See? See how well this is going?

Meanwhile, Clary talks with  the world’s most sidelined black best friend (she’s stuck being Clary’s emotional sounding board and totally brushed aside by love interest in favor of the white lady? Here’s hoping she becomes a lesbian and gains magical powers or her life is gonna suuuck. Right Bo?) They have a Totally Subtle foreshadowing conversation about keeping secrets. ‘My mother is incapable of concealing anything from me.’ ARE YOU KIDDING ME? Your mother was obviously on edge and then she gave you a weird heirloom saying she had something to tell you – that  screams family secret! What more do you want, Clary?  Do you need a giant neon sign telling you whenever something’s going to happen?



I hate you, Shadowhunters.

Team Zoolander (I’m calling the Shadowhunters that from now on) enter the club on a mission and we’re back at our starting point.Clary follows him in and we go to a curtained off area of the club (don’t VIP sections usually have security?) Then Izzy starts doing a dance… I’m really not sure why she’s dancing, as they start hacking their foes away two seconds later. Clary gets involved and uses the force to defeat one.

Clary is royally freaked out. She finally has a conversation about the Shadowhunters with Jocelyn at the most dramatic moment possible and learns about the existence of the supernatural. Jocelyn is tracked down by the Circle and refuses to give over the Mortal cup and sends Clary to safety in an unconvincing magical portal. Meanwhile, she traps herself in this green energy… stuff… so the Circle can’t interrogate her. Nice work Clary, you just had to set up that tragic foreshadowing, didn’t you?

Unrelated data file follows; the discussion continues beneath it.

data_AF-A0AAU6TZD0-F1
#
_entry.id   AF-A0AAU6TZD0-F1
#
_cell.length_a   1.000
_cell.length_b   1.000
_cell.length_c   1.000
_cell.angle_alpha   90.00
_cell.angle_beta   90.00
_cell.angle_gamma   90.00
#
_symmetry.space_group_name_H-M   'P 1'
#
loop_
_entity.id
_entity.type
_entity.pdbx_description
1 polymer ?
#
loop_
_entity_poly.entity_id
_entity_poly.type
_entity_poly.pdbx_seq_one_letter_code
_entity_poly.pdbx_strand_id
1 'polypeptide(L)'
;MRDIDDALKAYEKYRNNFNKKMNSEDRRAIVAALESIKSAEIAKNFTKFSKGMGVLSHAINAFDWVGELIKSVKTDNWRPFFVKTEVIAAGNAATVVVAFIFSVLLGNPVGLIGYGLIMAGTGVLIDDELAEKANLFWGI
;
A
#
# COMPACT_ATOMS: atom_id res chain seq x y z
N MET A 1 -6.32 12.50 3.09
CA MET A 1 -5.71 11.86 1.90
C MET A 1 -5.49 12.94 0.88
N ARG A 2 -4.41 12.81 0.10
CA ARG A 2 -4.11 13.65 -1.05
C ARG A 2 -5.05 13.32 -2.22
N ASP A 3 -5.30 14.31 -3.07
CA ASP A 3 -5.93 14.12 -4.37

Clary’s transported to Luke, but as he’s being questioned about her whereabouts, she does to get out of her way. A woman tells her about her mum before she turns into a weird chest hugger faced thing.

Jace rescues Clary from a monster and takes her into the Shadow Hunter HQ (at east that’s where I think they are). He takes her to the Shadow Hunter HQ and he and Alec have a lover’s tiff about bringing her there and Izzy suggests that he’s jealous because it’s the first time he’s shown interest in someone. Really? Did I miss something, because Jace looked like he was glaring and folding his arms. Is that how flirting works in Shadowhunter society?